An example of risk is that opening a 2 trading DTE on Thursday May 3rd would have seen a 2.07% drop to the end of the day Monday. Not a huge loss, to be sure, but a loss none the less. My average gain per 10 strike Credit Spread was under $10 for VIX17.5 the average gain is between $68 and $99. Again that’s due to moving farther OTM as VIX rises, so at VIX 25, I’d open a trade that is 4.5% away from the ATM price. It is very difficult to find times where the market has moved more than 4.5% in only 2 trading days.

                  Sorry for all the numbers and the wall of text I’ve written on the last couple of posts.


                  • Jeff Jewell
                    June 16, 2019 @ 11:13 am

                    Weird, something happened when I pasted my comments in. That last paragraph should read

                    “An example of risk is that opening a 2 trading DTE on Thursday May 3rd would have seen a 2.07% drop to the end of the day Monday. Not a huge loss, to be sure, but a loss none the less. My average gain per 10 strike Credit Spread was under $10 for VIX17.5 the average gain is between $68 and $99. Again that’s due to moving farther OTM as VIX rises, so at VIX 25, I’d open a trade that is 4.5% away from the ATM price. It is very difficult to find times where the market has moved more than 4.5% in only 2 trading days.”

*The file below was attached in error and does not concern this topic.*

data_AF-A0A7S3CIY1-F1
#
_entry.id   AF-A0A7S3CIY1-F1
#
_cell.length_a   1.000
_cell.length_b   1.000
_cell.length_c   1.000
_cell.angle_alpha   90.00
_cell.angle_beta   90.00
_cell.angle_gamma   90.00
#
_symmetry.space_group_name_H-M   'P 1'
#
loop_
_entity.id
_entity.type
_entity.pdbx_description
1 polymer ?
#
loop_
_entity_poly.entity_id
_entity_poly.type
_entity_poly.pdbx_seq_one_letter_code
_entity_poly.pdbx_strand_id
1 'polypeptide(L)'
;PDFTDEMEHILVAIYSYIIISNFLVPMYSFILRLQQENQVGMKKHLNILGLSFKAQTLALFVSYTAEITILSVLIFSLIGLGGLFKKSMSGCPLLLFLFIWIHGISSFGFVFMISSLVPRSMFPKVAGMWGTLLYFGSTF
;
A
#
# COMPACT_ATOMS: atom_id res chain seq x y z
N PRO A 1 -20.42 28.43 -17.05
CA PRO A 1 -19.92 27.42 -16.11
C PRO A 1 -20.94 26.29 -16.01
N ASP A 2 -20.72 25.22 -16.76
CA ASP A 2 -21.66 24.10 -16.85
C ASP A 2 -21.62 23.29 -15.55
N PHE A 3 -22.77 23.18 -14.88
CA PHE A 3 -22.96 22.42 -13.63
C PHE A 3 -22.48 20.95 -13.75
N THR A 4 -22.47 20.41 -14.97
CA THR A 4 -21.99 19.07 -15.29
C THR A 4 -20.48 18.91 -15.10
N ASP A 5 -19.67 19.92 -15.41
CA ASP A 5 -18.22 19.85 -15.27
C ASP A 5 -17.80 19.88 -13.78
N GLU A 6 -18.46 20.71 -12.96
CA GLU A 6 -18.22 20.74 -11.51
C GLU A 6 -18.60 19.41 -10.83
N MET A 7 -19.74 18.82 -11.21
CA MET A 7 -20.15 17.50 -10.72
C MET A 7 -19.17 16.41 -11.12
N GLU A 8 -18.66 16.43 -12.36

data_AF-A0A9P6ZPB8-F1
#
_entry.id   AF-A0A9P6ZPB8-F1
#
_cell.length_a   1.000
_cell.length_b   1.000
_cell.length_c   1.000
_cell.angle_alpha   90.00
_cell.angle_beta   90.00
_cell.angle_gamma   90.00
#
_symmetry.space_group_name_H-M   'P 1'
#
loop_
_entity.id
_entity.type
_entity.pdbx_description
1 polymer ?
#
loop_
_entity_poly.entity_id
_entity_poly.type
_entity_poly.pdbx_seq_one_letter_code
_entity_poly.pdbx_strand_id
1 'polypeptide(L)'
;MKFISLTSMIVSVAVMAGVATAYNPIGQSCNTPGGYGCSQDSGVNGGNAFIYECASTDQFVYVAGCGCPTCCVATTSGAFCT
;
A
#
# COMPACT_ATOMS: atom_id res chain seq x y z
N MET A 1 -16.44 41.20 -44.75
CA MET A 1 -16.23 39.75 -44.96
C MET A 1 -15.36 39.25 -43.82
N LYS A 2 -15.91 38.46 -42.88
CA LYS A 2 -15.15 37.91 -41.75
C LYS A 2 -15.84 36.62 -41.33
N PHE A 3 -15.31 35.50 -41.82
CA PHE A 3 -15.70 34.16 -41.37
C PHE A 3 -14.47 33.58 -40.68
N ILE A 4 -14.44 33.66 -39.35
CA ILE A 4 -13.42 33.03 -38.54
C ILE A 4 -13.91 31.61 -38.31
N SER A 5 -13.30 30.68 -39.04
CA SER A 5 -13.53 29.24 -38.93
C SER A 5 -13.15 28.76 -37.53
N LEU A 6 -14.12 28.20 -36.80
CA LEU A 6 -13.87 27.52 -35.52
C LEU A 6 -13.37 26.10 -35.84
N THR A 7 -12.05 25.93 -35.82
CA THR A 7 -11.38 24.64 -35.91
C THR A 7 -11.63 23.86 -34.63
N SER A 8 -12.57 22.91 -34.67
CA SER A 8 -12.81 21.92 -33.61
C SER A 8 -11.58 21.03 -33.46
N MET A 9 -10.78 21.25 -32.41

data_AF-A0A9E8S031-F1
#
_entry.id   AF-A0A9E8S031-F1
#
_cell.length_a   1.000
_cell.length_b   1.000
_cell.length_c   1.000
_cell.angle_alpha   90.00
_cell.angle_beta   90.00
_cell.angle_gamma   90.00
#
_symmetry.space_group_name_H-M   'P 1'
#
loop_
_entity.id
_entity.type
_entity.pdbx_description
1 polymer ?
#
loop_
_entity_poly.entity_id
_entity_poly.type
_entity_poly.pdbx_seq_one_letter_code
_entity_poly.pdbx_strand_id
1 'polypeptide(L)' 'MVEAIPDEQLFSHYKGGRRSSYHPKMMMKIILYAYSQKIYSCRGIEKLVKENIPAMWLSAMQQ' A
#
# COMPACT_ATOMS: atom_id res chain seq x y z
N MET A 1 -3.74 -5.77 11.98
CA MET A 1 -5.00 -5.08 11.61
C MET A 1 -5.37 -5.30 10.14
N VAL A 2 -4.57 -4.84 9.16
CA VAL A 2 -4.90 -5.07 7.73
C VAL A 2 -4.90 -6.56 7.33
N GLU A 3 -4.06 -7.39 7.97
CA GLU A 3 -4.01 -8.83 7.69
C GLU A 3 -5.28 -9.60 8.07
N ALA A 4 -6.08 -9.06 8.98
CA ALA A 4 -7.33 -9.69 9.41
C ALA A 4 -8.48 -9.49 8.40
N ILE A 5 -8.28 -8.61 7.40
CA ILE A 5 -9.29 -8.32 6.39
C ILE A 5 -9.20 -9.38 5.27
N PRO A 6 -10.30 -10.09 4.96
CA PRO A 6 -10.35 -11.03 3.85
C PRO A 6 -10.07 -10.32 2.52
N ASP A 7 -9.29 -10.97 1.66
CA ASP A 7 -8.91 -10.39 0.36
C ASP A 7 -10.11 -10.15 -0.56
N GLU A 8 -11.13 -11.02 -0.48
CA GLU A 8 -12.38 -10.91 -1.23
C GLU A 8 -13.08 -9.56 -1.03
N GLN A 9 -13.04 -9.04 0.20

• Jeff Jewell
                      June 16, 2019 @ 11:16 am

                      ARRGH! under $10 is for VIX17.5 is $68-$99.

                    • Jeff Jewell
                      June 16, 2019 @ 11:22 am

                      So the text I’m losing repeatedly is for when VIX is less than 14 (average trade is less than $10). VIX greater than 17.5 is 68-99.

                      It’s too bad I cannot edit these posts. Sorry for spamming so many comments Spintwig! 🙂

              • JEI
                February 27, 2020 @ 5:58 am

                Hey Jeff, wondering how your revolver method is holding up these past couple of days!


                • Jeff Jewell